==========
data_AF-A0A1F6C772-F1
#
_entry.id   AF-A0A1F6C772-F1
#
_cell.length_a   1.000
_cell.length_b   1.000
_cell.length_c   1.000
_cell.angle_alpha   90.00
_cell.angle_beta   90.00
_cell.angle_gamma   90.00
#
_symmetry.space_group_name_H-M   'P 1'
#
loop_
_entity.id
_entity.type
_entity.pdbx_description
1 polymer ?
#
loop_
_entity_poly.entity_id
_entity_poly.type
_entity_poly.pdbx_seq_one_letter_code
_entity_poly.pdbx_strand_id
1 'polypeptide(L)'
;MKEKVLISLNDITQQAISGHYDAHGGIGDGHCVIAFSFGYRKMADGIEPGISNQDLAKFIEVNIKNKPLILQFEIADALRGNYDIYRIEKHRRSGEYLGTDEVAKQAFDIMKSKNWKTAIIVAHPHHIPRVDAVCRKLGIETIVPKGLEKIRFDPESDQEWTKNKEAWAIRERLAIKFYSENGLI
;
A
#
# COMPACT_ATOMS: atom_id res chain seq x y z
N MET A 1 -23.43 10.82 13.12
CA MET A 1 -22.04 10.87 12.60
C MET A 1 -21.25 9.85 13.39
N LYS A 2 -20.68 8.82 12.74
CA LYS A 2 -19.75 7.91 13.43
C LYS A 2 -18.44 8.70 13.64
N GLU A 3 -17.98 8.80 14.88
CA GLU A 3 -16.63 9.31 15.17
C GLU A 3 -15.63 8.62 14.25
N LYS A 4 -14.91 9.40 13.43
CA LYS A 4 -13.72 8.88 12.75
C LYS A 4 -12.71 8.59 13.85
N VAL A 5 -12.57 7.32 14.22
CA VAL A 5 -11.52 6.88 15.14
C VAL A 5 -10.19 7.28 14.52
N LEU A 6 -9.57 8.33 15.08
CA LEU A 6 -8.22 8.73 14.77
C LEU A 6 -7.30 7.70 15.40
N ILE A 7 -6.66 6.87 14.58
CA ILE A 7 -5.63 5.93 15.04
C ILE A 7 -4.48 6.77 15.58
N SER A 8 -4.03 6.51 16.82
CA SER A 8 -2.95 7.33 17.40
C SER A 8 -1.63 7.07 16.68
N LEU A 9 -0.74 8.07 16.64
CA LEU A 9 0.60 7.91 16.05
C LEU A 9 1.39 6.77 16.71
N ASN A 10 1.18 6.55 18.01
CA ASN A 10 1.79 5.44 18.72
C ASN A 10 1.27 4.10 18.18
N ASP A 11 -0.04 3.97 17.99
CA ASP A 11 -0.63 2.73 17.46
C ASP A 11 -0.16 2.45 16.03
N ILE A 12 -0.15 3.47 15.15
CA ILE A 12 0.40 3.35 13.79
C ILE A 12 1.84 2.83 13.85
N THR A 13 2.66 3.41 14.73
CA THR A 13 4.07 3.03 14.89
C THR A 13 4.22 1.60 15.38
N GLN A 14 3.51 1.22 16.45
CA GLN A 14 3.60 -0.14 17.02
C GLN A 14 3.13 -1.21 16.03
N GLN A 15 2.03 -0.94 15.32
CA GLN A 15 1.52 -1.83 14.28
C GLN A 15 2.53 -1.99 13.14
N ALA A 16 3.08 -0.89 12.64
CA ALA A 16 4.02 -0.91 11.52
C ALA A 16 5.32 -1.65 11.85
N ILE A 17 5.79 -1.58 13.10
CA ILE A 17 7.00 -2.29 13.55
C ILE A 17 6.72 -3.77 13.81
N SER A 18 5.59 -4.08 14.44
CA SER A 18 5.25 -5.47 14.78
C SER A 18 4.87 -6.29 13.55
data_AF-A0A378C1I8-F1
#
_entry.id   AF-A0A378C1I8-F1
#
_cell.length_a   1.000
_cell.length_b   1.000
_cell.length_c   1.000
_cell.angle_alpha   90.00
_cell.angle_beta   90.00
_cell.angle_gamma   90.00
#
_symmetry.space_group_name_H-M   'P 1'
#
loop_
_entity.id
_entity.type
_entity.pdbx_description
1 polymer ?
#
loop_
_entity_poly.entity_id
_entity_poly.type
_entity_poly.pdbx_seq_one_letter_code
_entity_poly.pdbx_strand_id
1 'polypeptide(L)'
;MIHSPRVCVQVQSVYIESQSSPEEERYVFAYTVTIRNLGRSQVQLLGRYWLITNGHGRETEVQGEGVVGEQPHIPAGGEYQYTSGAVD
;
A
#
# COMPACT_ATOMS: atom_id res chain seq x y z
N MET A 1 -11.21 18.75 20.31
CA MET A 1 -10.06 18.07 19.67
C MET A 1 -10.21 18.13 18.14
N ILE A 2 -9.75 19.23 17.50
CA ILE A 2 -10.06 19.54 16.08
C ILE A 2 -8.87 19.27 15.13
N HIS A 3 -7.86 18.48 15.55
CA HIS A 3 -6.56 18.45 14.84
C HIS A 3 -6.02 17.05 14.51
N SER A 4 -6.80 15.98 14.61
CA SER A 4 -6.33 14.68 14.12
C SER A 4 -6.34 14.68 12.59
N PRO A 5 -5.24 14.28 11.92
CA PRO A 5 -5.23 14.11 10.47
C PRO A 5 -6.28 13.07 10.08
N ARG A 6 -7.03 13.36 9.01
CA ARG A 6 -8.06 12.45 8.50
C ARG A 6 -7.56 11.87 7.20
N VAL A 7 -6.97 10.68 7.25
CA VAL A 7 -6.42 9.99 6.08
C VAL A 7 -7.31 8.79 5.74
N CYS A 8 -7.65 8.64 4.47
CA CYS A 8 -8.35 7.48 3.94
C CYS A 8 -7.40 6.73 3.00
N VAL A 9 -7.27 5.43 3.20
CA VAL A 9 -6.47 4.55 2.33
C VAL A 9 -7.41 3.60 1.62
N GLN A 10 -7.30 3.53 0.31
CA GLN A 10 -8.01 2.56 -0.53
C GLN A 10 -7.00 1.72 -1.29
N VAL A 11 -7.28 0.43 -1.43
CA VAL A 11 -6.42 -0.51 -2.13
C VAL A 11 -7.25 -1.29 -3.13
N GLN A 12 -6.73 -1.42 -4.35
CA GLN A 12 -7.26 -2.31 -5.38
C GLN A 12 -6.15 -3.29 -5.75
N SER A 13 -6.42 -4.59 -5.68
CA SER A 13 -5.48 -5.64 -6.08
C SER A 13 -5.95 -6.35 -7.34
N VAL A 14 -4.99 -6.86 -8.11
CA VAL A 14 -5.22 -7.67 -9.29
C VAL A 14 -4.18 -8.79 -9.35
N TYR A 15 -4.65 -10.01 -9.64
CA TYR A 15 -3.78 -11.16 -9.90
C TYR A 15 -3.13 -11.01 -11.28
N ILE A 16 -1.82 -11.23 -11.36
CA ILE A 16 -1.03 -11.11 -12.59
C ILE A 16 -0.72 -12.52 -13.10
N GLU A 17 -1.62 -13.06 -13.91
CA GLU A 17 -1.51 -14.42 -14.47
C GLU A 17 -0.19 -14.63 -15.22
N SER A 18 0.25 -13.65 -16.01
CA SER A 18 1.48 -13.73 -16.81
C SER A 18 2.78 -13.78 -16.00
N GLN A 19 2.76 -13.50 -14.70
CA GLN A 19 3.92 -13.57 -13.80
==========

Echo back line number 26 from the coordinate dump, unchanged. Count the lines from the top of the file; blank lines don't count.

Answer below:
;MKEKVLISLNDITQQAISGHYDAHGGIGDGHCVIAFSFGYRKMADGIEPGISNQDLAKFIEVNIKNKPLILQFEIADALRGNYDIYRIEKHRRSGEYLGTDEVAKQAFDIMKSKNWKTAIIVAHPHHIPRVDAVCRKLGIETIVPKGLEKIRFDPESDQEWTKNKEAWAIRERLAIKFYSENGLI